The Non-League Football Paper - - NEWS - Scott DAVIES

IT’S all well and good that we are ex­cited by the fu­ture of the English game given the suc­cess of our young­sters in their re­spec­tive global tour­na­ments and where they go next, but the stats need to be un­der­stood. With only 16 Pre­mier League ap­pear­ances be­tween both the Un­der-17 and Un­der-20s squads, it shows that the path­way is blocked for our young prospects. We ask our­selves why? Jadon San­cho is a fine ex­am­ple of a fine tal­ent who has been brushed aside by Manch­ester City. For a measly sum of just £8mil­lion he de­cided it was best for him and his ca­reer to move to Borus­sia Dort­mund. Nowhere near the first team at City, San­cho went on to make his full de­but in the Bun­desliga for the Ger­man gi­ants last month. For me, they have cashed in on him far too soon. Are the acad­e­mies at our so-called Pre­mier League power clubs a waste of time? Look at Do­minic Solanke. He was crowned player of the tour­na­ment at the Un­der-20 World Cup this sum­mer. Some would ar­gue that with Eng­land win­ning the com­pe­ti­tion and him be­ing high­lighted as the best player, this would stand him in good stead to be a bright light in the forth­com­ing sea­son. Cer­tainly not. Solanke has made just a hand­ful of ap­pear­ances for Liver­pool this sea­son, with the ma­jor­ity com­ing from the bench. He felt the need to leave Chelsea in or­der to find first team foot­ball, as did his fel­low Reds team­mate Rhian Brew­ster. Both play­ers saw it an in­sur­mount­able task to break through at Stam­ford Bridge, and for me this isn’t a neg­a­tive mind­set, it’s proven in sta­tis­tics. So, how will we ever break this trend? In other coun­tries and leagues, play­ers get a chance to per­form on the big stage in do­mes­tic com­pe­ti­tions. Our star­lets have just proven to us that they are ar­guably the world’s best, so why not let them ex­press them­selves sooner rather than later? Be­cause no­body trusts them just yet, as man­agers are scared to throw them in at the deep end. How will they ever learn to cope with the pres­sures of play­ing in the Pre­mier League, when they are only deemed good enough to play against play­ers of their own age in Un­der-23 matches up and down the coun­try in front of next to no­body. The men­tal­ity for most man­agers in Eng­land is that they would rather buy from abroad. Buy a player that’s been shin­ing in a Euro­pean or South Amer­i­can league. Let’s start giv­ing them the chance.


If Wayne Rooney had been a youth team player at Manch­ester United and not come onto the scene at Ever­ton then his ca­reer could have been very dif­fer­ent. I’m al­most cer­tain he wouldn’t have had the chance to stamp his mark on the Pre­mier League at the ten­der age of 16. Ever­ton knew they had some­thing spe­cial with Rooney and de­cided it was time for him to grace the league with his un­doubted po­ten­tial. The style in which our play­ers won these tour­na­ments was beau­ti­ful to watch. Free-flow­ing foot­ball out from the back with a clear in­ten­tion of build­ing up through the thirds on the pitch. The ma­jor­ity of Pre­mier League teams play in this way nowa­days, and I worry that go­ing down the lower leagues and Non-League, to get games, could de­stroy them as a player. Yes, there are two sides to a game and play­ers need to learn to do both, but go­ing out on loan could prove dif­fi­cult, try­ing to set­tle into an alien way of how they are used to play­ing. Give these play­ers a chance to get up to stan­dard and to get used to the speed of the Pre­mier League. They de­serve more than one chance as they need to be blooded in grad­u­ally over a pe­riod of time. I’ve seen many play­ers in the Pre­mier League who have been brought in from over­seas, who are of a sim­i­lar age to those men­tioned above, who have been given time to get to grips with the pace of the game. Let’s not de­stroy our young­sters. Get them play­ing and the im­pact will be felt from the top down to Non-league.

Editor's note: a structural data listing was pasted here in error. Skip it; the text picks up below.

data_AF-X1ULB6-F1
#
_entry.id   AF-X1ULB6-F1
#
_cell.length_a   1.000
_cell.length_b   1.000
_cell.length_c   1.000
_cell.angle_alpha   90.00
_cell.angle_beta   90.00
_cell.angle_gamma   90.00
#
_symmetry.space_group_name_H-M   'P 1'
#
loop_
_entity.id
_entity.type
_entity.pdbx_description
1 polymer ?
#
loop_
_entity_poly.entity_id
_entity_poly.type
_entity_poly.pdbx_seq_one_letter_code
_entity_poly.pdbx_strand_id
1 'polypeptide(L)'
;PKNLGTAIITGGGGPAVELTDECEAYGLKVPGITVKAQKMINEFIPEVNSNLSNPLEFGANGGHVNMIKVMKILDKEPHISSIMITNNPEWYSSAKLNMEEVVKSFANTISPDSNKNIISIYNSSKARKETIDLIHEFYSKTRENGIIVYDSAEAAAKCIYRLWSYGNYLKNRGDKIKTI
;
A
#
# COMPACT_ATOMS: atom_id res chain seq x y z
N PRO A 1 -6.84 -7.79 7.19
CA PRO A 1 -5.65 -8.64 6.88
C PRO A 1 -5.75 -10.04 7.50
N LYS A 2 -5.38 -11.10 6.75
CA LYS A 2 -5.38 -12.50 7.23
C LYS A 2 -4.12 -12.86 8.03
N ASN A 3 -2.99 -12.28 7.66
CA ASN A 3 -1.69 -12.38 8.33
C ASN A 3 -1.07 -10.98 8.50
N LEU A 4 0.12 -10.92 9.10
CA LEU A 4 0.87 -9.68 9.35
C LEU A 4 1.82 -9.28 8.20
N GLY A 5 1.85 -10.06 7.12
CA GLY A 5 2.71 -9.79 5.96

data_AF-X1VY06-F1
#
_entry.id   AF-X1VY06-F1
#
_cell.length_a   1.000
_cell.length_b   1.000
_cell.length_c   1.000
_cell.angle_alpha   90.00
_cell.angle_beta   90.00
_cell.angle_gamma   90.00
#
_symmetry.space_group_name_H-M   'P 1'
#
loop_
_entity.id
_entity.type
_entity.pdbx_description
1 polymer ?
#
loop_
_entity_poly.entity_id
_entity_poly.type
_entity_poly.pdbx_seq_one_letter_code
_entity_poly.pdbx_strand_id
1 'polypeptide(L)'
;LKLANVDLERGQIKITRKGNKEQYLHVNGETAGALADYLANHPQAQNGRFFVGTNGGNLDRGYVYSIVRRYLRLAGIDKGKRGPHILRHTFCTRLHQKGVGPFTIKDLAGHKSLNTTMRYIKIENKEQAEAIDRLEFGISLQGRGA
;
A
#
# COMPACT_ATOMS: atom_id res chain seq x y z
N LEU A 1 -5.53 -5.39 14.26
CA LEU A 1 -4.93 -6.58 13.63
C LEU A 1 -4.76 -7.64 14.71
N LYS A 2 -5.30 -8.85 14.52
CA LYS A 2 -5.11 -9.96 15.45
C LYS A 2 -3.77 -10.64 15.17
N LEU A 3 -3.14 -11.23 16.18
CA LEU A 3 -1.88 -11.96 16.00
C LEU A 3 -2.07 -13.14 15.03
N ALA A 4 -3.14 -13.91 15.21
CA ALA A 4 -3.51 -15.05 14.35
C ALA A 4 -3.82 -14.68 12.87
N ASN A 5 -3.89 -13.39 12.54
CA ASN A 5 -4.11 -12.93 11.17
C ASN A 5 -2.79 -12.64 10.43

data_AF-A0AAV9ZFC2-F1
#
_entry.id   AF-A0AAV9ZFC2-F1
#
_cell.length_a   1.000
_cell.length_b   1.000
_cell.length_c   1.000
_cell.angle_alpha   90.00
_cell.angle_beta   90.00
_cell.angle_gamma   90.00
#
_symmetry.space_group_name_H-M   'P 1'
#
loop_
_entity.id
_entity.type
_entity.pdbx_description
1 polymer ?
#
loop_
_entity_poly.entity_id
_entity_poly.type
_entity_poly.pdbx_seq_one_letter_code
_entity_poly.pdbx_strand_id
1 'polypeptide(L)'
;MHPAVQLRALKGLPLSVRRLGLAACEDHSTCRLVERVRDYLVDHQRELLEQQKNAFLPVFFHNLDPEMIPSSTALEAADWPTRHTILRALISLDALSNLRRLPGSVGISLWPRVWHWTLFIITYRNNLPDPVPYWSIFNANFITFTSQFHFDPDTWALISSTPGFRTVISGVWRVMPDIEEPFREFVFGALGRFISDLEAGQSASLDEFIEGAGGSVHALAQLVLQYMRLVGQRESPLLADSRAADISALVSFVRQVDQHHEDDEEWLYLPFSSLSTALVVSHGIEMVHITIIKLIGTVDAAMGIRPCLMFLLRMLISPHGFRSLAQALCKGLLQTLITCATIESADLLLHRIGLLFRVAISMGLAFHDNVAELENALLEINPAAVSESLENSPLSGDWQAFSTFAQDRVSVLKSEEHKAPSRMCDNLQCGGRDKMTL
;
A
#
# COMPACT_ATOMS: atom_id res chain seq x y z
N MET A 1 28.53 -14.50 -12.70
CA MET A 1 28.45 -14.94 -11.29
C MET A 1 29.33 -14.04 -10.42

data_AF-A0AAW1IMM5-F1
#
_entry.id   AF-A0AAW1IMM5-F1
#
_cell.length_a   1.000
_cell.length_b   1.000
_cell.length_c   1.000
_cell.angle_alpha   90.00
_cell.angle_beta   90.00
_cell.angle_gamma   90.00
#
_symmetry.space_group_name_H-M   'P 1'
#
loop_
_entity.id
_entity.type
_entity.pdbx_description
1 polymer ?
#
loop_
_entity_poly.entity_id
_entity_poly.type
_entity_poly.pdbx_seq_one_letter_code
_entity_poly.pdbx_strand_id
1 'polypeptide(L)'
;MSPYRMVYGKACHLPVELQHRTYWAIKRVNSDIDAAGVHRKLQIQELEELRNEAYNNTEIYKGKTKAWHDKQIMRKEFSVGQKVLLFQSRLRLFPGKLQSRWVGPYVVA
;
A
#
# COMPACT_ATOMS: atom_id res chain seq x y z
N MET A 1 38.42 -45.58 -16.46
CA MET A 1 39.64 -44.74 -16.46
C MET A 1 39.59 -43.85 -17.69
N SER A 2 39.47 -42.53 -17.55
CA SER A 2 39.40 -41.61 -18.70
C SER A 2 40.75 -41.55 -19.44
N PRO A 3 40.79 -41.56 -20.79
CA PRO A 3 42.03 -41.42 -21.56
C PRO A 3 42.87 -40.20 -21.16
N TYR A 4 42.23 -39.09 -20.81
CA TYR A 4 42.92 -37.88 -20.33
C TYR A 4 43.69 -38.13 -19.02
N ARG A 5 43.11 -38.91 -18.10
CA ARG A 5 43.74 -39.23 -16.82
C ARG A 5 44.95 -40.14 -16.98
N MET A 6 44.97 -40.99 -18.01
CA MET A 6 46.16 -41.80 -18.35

Cheers, Scotty!

PIC­TURE: Ac­tion Im­ages

SPE­CIAL TAL­ENT: But Wayne Rooney may not have been given the same chance to shine in Manch­ester United’s youth set-up as he was at Ever­ton

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